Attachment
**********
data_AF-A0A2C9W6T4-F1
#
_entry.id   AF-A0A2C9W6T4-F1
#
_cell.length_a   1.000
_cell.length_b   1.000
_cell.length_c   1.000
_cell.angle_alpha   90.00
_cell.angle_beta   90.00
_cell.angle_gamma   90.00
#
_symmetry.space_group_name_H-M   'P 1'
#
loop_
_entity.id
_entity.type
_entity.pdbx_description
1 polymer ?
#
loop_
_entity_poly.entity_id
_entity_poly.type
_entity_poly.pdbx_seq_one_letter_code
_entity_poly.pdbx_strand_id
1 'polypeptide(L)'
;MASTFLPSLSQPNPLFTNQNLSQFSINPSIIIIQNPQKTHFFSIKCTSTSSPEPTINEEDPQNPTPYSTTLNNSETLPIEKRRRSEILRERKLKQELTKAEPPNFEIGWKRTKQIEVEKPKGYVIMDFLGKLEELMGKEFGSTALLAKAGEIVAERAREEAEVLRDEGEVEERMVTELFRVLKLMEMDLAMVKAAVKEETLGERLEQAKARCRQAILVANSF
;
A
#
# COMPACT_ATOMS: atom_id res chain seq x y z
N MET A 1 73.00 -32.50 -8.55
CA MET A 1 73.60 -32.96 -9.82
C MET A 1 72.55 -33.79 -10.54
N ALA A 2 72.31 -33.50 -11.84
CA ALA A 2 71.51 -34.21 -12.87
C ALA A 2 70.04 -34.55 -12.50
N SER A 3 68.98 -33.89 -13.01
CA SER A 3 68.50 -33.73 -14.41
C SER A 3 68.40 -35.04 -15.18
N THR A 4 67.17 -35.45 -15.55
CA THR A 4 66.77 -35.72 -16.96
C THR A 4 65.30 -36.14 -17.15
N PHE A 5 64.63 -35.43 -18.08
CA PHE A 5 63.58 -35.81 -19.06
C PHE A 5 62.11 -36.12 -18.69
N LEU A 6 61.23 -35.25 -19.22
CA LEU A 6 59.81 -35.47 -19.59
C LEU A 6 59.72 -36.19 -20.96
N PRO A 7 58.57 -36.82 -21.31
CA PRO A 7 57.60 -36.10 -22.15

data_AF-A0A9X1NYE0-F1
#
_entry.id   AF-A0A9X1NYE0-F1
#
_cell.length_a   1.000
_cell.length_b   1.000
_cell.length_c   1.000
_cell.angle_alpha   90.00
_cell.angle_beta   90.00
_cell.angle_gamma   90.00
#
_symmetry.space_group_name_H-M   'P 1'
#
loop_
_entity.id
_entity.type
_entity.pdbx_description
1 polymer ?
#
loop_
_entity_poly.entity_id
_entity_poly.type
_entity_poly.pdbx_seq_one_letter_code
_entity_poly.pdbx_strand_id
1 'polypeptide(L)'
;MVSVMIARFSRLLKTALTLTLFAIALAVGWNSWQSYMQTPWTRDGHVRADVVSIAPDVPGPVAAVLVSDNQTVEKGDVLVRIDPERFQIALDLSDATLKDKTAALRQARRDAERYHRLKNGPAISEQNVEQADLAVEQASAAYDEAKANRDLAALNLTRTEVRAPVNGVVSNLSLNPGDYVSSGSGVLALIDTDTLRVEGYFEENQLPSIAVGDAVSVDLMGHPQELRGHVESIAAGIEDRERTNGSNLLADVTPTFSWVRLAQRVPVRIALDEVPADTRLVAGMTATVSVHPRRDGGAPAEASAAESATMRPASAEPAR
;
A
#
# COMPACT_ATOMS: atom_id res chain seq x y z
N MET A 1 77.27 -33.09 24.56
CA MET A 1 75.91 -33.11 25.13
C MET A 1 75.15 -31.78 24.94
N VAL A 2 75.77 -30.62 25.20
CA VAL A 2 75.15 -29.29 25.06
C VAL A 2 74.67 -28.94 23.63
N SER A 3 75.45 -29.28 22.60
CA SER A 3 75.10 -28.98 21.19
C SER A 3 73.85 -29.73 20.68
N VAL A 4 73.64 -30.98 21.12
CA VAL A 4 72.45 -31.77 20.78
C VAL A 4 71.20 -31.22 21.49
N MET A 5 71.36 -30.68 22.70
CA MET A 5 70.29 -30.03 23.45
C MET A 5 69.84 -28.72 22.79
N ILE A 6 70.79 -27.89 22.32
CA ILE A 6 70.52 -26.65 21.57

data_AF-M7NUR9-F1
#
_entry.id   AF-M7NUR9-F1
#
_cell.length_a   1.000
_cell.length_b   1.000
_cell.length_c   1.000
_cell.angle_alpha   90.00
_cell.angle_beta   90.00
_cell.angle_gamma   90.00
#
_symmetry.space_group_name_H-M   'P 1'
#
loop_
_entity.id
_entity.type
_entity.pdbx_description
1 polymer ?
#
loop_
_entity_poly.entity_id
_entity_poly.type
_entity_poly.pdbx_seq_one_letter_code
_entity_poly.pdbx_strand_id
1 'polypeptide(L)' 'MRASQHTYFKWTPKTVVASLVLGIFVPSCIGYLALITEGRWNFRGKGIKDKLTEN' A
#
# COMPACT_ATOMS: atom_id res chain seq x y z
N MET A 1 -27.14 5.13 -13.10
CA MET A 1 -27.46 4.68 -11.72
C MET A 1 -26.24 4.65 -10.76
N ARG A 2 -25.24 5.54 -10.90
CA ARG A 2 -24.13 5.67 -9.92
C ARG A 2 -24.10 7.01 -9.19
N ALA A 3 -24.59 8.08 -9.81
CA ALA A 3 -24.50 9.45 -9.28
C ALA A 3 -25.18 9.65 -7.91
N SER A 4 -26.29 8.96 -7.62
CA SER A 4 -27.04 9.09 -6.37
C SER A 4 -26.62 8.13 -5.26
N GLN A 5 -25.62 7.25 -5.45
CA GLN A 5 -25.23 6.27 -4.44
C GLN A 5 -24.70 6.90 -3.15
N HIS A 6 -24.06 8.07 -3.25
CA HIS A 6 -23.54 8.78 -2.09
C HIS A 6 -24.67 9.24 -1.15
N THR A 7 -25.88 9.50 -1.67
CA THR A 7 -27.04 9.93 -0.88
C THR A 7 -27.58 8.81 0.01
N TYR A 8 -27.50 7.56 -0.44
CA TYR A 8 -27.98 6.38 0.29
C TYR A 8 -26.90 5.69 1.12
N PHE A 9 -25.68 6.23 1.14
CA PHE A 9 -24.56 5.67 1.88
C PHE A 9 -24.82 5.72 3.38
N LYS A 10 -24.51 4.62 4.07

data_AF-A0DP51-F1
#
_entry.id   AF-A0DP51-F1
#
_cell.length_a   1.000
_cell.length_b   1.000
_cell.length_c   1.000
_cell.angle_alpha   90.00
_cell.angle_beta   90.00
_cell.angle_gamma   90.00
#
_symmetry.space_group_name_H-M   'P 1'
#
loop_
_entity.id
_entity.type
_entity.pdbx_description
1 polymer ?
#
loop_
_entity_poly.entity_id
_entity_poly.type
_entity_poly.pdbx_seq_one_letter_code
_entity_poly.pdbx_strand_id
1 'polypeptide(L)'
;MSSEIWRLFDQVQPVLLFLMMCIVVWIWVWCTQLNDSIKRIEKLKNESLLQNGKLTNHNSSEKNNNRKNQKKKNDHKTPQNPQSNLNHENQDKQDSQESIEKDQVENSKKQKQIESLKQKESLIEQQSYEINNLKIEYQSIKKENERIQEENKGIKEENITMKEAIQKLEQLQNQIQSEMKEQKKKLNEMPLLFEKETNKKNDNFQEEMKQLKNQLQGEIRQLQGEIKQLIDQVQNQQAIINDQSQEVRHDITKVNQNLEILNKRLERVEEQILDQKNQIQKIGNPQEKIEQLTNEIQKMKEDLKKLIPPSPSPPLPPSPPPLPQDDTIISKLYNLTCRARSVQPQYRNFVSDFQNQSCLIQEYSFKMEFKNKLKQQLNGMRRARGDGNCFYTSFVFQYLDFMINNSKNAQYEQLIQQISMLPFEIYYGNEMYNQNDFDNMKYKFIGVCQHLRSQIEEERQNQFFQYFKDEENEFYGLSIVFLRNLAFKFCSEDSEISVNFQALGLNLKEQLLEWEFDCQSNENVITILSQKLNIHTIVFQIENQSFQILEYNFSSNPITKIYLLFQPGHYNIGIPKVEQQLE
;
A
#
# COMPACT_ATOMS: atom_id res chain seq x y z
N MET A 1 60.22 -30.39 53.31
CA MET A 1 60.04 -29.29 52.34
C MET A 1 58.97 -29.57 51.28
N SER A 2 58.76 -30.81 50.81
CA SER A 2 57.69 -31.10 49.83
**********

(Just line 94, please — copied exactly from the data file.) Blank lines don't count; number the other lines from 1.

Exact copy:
CA MET A 5 70.29 -30.03 23.45